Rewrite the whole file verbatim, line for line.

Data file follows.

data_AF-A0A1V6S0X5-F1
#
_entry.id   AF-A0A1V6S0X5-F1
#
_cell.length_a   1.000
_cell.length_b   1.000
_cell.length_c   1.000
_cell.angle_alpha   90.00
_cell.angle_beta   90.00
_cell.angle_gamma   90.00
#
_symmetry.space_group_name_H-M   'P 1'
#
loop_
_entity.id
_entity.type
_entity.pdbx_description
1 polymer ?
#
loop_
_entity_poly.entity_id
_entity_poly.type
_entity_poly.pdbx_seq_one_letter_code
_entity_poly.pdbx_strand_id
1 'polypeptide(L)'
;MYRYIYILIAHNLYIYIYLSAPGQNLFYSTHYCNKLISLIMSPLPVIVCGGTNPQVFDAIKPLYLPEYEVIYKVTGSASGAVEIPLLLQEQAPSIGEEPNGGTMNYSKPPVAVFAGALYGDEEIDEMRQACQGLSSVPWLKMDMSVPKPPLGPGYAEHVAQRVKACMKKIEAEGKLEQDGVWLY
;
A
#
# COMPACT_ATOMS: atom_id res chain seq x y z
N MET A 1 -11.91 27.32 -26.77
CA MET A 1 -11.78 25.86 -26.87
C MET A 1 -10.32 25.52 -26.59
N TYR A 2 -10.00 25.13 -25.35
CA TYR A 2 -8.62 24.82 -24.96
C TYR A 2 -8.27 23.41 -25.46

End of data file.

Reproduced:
data_AF-A0A1V6S0X5-F1
#
_entry.id   AF-A0A1V6S0X5-F1
#
_cell.length_a   1.000
_cell.length_b   1.000
_cell.length_c   1.000
_cell.angle_alpha   90.00
_cell.angle_beta   90.00
_cell.angle_gamma   90.00
#
_symmetry.space_group_name_H-M   'P 1'
#
loop_
_entity.id
_entity.type
_entity.pdbx_description
1 polymer ?
#
loop_
_entity_poly.entity_id
_entity_poly.type
_entity_poly.pdbx_seq_one_letter_code
_entity_poly.pdbx_strand_id
1 'polypeptide(L)'
;MYRYIYILIAHNLYIYIYLSAPGQNLFYSTHYCNKLISLIMSPLPVIVCGGTNPQVFDAIKPLYLPEYEVIYKVTGSASGAVEIPLLLQEQAPSIGEEPNGGTMNYSKPPVAVFAGALYGDEEIDEMRQACQGLSSVPWLKMDMSVPKPPLGPGYAEHVAQRVKACMKKIEAEGKLEQDGVWLY
;
A
#
# COMPACT_ATOMS: atom_id res chain seq x y z
N MET A 1 -11.91 27.32 -26.77
CA MET A 1 -11.78 25.86 -26.87
C MET A 1 -10.32 25.52 -26.59
N TYR A 2 -10.00 25.13 -25.35
CA TYR A 2 -8.62 24.82 -24.96
C TYR A 2 -8.27 23.41 -25.46